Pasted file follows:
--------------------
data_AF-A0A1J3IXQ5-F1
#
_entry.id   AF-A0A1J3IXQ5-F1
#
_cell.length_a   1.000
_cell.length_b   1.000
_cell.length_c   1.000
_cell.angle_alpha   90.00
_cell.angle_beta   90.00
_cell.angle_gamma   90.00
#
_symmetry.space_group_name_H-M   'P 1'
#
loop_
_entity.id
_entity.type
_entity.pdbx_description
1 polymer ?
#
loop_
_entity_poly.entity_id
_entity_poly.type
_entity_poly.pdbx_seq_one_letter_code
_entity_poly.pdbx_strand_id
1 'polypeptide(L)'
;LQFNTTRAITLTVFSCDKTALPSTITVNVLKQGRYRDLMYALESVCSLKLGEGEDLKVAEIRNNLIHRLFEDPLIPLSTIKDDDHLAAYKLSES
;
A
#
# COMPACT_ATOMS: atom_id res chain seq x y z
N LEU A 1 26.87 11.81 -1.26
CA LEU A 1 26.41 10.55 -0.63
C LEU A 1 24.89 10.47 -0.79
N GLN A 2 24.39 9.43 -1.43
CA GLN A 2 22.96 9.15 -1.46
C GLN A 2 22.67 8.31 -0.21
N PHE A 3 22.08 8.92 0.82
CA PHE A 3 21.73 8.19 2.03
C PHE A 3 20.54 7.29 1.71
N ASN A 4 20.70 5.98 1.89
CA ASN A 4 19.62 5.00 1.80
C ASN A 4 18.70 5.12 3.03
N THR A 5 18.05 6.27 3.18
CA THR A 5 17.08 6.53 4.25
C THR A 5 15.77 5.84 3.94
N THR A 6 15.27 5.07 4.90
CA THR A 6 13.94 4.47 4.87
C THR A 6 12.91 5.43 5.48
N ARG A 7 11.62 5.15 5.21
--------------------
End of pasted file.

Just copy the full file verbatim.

data_AF-A0A1J3IXQ5-F1
#
_entry.id   AF-A0A1J3IXQ5-F1
#
_cell.length_a   1.000
_cell.length_b   1.000
_cell.length_c   1.000
_cell.angle_alpha   90.00
_cell.angle_beta   90.00
_cell.angle_gamma   90.00
#
_symmetry.space_group_name_H-M   'P 1'
#
loop_
_entity.id
_entity.type
_entity.pdbx_description
1 polymer ?
#
loop_
_entity_poly.entity_id
_entity_poly.type
_entity_poly.pdbx_seq_one_letter_code
_entity_poly.pdbx_strand_id
1 'polypeptide(L)'
;LQFNTTRAITLTVFSCDKTALPSTITVNVLKQGRYRDLMYALESVCSLKLGEGEDLKVAEIRNNLIHRLFEDPLIPLSTIKDDDHLAAYKLSES
;
A
#
# COMPACT_ATOMS: atom_id res chain seq x y z
N LEU A 1 26.87 11.81 -1.26
CA LEU A 1 26.41 10.55 -0.63
C LEU A 1 24.89 10.47 -0.79
N GLN A 2 24.39 9.43 -1.43
CA GLN A 2 22.96 9.15 -1.46
C GLN A 2 22.67 8.31 -0.21
N PHE A 3 22.08 8.92 0.82
CA PHE A 3 21.73 8.19 2.03
C PHE A 3 20.54 7.29 1.71
N ASN A 4 20.70 5.98 1.89
CA ASN A 4 19.62 5.00 1.80
C ASN A 4 18.70 5.12 3.03
N THR A 5 18.05 6.27 3.18
CA THR A 5 17.08 6.53 4.25
C THR A 5 15.77 5.84 3.94
N THR A 6 15.27 5.07 4.90
CA THR A 6 13.94 4.47 4.87
C THR A 6 12.91 5.43 5.48
N ARG A 7 11.62 5.15 5.21